Thus, as discussed herein, the embodiments of the present invention embrace systems and methods that relate to a home construction system utilizing a modular panel system. More particularly, embodiments of the present invention relates to a lightweight, easily transported, insulated modular panel system that utilizes solar energy to maintain a livable interior climate. The present invention may be embodied in other specific forms without departing from its spirit or essential characteristics. The described embodiments are to be considered in all respects only as illustrative and not restrictive. The scope of the invention is, therefore, indicated by the appended claims rather than by the foregoing description. All changes that come within the meaning and range of equivalency of the claims are to be embraced within their scope.

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Citing PatentFiling datePublication dateApplicantTitle
US8528288Jul 6, 2011Sep 10, 2013James V. Kinser, Jr.Insulated panel arrangement
US8776472Aug 8, 2013Jul 15, 2014James V. Kinser, Jr.Insulated panel arrangement for welded structure
US20120318808 *Dec 21, 2011Dec 20, 2012Savsu Techonologies LlcInsulated storage and transportation containers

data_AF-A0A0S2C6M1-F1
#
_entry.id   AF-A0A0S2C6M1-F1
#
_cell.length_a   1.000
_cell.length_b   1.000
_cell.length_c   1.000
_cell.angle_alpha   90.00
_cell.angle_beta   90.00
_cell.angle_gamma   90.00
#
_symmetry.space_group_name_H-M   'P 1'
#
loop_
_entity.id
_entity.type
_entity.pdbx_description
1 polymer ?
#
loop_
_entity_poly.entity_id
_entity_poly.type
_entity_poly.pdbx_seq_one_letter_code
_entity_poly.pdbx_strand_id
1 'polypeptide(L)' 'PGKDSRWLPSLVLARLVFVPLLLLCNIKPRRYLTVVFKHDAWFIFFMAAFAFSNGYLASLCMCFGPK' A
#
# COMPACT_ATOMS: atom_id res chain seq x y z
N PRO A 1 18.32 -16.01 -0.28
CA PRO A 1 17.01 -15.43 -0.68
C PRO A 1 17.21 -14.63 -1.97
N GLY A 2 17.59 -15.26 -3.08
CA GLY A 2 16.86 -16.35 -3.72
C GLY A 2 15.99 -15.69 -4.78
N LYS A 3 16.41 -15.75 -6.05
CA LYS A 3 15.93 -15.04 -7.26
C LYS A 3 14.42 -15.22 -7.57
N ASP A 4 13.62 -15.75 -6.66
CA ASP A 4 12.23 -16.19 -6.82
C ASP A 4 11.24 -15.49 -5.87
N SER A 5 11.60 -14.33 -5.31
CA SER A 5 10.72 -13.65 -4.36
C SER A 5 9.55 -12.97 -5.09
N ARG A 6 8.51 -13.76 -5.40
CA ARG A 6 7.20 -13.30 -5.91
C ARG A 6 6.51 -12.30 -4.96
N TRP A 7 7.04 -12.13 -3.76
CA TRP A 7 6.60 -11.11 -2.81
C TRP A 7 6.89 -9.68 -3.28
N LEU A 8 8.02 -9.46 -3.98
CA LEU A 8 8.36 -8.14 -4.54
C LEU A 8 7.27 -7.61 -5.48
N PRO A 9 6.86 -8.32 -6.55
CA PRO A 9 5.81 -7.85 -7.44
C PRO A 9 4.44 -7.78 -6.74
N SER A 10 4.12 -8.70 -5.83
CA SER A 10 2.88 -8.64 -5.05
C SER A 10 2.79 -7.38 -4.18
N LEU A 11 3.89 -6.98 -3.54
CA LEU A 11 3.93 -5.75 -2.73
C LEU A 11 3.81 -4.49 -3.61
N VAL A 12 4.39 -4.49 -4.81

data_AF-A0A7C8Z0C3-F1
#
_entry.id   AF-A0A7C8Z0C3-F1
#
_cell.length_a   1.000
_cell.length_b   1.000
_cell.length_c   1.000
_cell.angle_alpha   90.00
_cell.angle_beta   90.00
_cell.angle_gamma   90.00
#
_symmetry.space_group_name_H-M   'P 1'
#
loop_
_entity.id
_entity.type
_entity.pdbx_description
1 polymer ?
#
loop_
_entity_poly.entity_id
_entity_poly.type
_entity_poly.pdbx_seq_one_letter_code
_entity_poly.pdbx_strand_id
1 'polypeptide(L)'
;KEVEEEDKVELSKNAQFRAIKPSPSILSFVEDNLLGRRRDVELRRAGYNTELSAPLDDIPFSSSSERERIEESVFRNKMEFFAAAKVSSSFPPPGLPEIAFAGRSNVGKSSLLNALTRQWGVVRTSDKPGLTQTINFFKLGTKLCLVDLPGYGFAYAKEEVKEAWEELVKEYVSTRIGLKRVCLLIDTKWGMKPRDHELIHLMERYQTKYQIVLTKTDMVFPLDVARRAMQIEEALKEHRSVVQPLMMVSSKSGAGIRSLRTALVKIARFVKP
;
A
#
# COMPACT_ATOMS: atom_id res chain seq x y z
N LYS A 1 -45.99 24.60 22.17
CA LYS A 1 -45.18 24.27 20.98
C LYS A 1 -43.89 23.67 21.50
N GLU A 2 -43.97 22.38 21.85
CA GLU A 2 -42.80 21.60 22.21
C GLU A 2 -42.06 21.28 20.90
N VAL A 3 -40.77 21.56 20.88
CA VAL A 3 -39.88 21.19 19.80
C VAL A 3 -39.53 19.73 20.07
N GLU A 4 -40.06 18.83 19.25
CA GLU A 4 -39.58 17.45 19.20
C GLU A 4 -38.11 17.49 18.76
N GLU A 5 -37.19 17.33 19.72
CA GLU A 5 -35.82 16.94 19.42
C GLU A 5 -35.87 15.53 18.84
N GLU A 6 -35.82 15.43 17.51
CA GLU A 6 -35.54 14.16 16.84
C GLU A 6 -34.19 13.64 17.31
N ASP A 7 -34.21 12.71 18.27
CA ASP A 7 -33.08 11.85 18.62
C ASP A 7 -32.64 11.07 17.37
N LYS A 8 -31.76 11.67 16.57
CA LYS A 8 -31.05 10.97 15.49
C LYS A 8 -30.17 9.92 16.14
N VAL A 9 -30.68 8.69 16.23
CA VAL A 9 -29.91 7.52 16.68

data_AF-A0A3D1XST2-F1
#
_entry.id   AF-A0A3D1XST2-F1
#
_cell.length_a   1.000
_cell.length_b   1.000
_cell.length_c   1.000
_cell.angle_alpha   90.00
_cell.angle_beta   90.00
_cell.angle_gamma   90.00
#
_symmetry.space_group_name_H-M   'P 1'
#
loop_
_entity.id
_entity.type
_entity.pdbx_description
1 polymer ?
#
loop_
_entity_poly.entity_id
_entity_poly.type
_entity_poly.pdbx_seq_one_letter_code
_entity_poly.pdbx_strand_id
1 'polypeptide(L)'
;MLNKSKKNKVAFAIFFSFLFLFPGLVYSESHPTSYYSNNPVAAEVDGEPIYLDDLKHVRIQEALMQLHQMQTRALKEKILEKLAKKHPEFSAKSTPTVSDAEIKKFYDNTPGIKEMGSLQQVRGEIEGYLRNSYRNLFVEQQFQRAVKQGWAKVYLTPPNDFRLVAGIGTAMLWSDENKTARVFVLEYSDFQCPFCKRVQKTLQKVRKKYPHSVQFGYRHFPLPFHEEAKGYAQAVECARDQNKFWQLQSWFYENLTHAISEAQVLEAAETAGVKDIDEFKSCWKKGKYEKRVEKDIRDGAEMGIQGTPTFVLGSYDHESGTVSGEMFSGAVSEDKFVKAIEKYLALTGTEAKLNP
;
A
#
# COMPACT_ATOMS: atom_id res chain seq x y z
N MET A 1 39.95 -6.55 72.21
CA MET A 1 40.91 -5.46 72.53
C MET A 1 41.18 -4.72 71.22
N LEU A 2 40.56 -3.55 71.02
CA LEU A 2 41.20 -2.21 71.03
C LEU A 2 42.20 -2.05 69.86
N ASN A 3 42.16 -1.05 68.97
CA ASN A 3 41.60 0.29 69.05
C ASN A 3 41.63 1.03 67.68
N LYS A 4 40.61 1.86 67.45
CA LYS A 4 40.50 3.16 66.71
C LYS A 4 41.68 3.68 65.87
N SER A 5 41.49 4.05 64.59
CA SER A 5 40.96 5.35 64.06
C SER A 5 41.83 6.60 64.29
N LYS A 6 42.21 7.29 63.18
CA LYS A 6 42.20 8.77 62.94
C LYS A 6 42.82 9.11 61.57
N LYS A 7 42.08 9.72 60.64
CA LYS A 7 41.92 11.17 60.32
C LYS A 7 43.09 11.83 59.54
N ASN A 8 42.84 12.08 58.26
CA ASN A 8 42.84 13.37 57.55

Classifications
U.S. Classification52/281, 52/271, 52/587.1, 52/404.3, 52/268, 52/282.4
International ClassificationE04B1/24, E04C2/296, E04B1/61, E04B2/14, E04B1/76, E04B1/80, E04B2/18, B32B7/02
Cooperative ClassificationE04B2001/2481, E04B1/80, E04B1/617, E04C2/296, E04B2001/7691, B32B7/02, E04B2001/6195
European ClassificationE04B1/80, E04C2/296, B32B7/02
Legal Events
DateCodeEventDescription
Feb 13, 2003ASAssignment
Owner name: CELESTIA, UTAH
Free format text: ASSIGNMENT OF ASSIGNORS INTEREST;ASSIGNORS:COOK, BRENT T.;ALEXANDER, JOSEPH B.;GATICA, JORGE G.;REEL/FRAME:013430/0039
Effective date: 20030212
Dec 24, 2012REMIMaintenance fee reminder mailed
May 12, 2013LAPSLapse for failure to pay maintenance fees
Jul 2, 2013FPExpired due to failure to pay maintenance fee
Effective date: 20130512